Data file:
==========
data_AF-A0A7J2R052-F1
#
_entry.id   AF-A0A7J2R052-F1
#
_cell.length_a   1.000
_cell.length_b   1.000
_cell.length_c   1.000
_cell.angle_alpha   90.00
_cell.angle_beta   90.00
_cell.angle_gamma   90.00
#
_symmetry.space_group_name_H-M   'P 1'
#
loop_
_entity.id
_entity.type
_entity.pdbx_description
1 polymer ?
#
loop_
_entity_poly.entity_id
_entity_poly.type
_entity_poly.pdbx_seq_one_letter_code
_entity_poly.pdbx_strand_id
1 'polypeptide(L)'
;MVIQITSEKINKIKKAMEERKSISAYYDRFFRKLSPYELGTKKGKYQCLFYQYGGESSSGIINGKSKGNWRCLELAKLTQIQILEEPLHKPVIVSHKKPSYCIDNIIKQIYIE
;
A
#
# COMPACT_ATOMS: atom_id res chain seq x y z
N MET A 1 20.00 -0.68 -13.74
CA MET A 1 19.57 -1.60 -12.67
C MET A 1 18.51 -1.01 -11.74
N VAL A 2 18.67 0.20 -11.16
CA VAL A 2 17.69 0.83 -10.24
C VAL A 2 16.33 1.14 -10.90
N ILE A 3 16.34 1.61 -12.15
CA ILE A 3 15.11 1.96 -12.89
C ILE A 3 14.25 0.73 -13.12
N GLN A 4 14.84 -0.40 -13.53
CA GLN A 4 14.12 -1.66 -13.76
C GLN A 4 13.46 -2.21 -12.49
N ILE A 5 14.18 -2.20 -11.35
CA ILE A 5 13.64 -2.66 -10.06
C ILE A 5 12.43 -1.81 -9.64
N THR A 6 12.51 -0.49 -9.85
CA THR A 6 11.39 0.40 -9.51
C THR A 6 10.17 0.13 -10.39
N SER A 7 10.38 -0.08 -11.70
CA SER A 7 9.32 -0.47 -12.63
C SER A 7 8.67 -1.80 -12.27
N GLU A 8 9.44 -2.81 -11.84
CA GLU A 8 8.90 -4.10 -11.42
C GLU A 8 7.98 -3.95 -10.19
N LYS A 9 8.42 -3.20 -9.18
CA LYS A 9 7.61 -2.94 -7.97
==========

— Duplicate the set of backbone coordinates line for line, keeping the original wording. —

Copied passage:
data_AF-A0A7J2R052-F1
#
_entry.id   AF-A0A7J2R052-F1
#
_cell.length_a   1.000
_cell.length_b   1.000
_cell.length_c   1.000
_cell.angle_alpha   90.00
_cell.angle_beta   90.00
_cell.angle_gamma   90.00
#
_symmetry.space_group_name_H-M   'P 1'
#
loop_
_entity.id
_entity.type
_entity.pdbx_description
1 polymer ?
#
loop_
_entity_poly.entity_id
_entity_poly.type
_entity_poly.pdbx_seq_one_letter_code
_entity_poly.pdbx_strand_id
1 'polypeptide(L)'
;MVIQITSEKINKIKKAMEERKSISAYYDRFFRKLSPYELGTKKGKYQCLFYQYGGESSSGIINGKSKGNWRCLELAKLTQIQILEEPLHKPVIVSHKKPSYCIDNIIKQIYIE
;
A
#
# COMPACT_ATOMS: atom_id res chain seq x y z
N MET A 1 20.00 -0.68 -13.74
CA MET A 1 19.57 -1.60 -12.67
C MET A 1 18.51 -1.01 -11.74
N VAL A 2 18.67 0.20 -11.16
CA VAL A 2 17.69 0.83 -10.24
C VAL A 2 16.33 1.14 -10.90
N ILE A 3 16.34 1.61 -12.15
CA ILE A 3 15.11 1.96 -12.89
C ILE A 3 14.25 0.73 -13.12
N GLN A 4 14.84 -0.40 -13.53
CA GLN A 4 14.12 -1.66 -13.76
C GLN A 4 13.46 -2.21 -12.49
N ILE A 5 14.18 -2.20 -11.35
CA ILE A 5 13.64 -2.66 -10.06
C ILE A 5 12.43 -1.81 -9.64
N THR A 6 12.51 -0.49 -9.85
CA THR A 6 11.39 0.40 -9.51
C THR A 6 10.17 0.13 -10.39
N SER A 7 10.38 -0.08 -11.70
CA SER A 7 9.32 -0.47 -12.63
C SER A 7 8.67 -1.80 -12.27
N GLU A 8 9.44 -2.81 -11.84
CA GLU A 8 8.90 -4.10 -11.42
C GLU A 8 7.98 -3.95 -10.19
N LYS A 9 8.42 -3.20 -9.18
CA LYS A 9 7.61 -2.94 -7.97